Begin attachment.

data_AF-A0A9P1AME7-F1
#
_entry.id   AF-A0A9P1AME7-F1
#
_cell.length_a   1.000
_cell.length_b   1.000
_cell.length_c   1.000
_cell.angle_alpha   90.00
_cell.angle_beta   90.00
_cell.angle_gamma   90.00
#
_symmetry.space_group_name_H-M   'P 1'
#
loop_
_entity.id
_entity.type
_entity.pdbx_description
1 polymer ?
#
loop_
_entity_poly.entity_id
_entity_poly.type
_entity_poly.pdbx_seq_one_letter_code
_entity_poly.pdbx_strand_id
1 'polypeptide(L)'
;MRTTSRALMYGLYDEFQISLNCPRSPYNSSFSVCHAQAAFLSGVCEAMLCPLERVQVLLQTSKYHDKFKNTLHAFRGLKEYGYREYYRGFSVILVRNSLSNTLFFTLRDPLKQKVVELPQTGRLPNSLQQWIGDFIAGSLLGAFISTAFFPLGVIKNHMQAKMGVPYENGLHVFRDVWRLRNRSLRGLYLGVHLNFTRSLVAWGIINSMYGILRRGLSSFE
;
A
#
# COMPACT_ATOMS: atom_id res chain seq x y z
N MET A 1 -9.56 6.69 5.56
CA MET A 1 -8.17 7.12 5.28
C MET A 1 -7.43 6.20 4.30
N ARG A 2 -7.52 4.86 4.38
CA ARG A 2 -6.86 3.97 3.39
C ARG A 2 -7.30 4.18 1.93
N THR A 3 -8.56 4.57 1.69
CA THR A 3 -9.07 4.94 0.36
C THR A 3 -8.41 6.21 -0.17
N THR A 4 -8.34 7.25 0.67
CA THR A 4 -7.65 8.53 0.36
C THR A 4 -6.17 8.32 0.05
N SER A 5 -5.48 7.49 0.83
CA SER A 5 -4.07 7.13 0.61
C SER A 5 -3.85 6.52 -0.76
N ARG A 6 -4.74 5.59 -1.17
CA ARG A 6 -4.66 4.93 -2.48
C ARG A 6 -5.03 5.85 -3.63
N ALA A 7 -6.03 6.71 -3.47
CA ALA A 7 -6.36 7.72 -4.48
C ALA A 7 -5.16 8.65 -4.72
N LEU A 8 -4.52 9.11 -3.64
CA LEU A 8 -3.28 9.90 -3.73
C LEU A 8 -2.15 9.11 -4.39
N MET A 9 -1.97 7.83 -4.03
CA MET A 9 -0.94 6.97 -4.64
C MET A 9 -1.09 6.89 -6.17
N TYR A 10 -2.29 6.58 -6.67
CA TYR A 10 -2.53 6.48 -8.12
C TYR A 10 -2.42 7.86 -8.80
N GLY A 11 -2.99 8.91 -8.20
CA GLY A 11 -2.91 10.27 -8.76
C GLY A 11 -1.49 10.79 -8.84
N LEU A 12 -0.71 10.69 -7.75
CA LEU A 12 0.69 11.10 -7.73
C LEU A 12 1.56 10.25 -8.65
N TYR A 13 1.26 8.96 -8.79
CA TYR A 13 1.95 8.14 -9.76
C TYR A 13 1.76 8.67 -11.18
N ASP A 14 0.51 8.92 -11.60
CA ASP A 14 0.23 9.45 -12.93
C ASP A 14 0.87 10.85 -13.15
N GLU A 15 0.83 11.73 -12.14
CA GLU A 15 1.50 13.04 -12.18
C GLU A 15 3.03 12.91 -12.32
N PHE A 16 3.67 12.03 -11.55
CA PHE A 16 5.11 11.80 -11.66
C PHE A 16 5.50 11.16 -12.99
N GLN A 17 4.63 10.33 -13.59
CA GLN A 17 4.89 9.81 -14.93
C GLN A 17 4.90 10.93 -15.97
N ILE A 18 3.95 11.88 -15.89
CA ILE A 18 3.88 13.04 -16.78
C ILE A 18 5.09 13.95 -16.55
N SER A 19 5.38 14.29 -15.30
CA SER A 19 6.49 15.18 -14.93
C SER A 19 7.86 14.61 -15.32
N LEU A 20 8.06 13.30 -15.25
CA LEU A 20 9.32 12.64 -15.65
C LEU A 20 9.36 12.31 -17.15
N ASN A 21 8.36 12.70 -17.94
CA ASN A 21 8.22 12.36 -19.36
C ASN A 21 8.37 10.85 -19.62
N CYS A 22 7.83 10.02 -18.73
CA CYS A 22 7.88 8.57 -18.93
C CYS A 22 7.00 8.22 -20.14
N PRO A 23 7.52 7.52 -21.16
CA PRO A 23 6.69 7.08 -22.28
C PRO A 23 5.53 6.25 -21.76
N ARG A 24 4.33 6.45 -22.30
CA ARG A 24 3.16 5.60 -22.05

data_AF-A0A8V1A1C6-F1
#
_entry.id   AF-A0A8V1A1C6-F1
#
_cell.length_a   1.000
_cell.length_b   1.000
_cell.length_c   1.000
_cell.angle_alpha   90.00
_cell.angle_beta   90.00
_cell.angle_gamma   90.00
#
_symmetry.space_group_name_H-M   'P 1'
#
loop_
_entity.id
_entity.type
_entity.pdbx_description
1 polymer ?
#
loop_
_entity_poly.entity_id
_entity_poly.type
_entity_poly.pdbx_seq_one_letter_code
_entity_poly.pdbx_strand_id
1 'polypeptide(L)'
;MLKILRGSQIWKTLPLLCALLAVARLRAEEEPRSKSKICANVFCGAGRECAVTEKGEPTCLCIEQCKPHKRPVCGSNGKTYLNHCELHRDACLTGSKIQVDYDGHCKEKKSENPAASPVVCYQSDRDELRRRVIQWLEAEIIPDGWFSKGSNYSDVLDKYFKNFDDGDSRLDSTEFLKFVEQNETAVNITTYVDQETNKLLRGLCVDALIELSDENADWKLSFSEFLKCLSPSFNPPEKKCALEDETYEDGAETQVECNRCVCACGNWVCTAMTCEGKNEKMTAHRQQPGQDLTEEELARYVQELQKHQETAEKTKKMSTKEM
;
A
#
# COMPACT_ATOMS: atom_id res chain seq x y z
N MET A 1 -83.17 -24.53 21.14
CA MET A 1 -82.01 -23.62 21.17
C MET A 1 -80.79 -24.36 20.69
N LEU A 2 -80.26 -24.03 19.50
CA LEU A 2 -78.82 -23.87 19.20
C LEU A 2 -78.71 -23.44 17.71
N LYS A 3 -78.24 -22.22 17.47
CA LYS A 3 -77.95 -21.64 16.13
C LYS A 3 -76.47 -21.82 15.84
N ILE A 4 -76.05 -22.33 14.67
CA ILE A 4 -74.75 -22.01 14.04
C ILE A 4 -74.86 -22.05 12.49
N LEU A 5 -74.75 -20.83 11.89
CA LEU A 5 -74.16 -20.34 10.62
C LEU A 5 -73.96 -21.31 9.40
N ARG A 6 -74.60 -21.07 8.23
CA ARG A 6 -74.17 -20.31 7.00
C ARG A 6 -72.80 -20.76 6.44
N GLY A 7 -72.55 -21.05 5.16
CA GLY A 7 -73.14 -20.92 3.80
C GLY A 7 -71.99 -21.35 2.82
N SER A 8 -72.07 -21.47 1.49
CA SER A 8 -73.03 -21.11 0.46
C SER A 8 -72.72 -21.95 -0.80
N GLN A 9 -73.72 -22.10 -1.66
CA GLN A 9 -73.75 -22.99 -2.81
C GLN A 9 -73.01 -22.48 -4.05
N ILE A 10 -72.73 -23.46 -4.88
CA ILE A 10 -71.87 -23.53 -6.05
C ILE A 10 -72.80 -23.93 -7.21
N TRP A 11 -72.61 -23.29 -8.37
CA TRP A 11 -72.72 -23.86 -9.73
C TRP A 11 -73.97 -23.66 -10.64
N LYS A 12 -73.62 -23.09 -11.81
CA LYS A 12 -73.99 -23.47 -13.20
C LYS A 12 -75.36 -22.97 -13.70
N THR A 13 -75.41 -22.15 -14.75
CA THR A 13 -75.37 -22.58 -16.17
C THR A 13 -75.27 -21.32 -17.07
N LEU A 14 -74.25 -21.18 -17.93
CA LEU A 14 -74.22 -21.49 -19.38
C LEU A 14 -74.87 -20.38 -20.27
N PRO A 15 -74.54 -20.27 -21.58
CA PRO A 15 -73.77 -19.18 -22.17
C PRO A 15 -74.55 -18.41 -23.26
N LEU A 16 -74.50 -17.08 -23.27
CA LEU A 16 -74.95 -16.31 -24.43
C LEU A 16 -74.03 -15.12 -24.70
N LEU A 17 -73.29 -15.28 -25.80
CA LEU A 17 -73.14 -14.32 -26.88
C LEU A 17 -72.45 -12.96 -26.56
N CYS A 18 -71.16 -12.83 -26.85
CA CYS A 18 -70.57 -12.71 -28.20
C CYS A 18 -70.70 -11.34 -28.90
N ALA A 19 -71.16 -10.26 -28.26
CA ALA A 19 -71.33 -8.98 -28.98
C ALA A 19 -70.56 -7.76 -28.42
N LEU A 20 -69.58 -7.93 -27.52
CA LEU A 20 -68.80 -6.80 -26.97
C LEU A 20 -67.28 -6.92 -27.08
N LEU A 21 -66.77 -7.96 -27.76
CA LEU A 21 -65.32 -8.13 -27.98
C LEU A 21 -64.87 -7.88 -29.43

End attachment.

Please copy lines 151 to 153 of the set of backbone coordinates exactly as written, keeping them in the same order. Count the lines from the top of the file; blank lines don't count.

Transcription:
CA GLY A 7 -73.14 -20.92 3.80
C GLY A 7 -71.99 -21.35 2.82
N SER A 8 -72.07 -21.47 1.49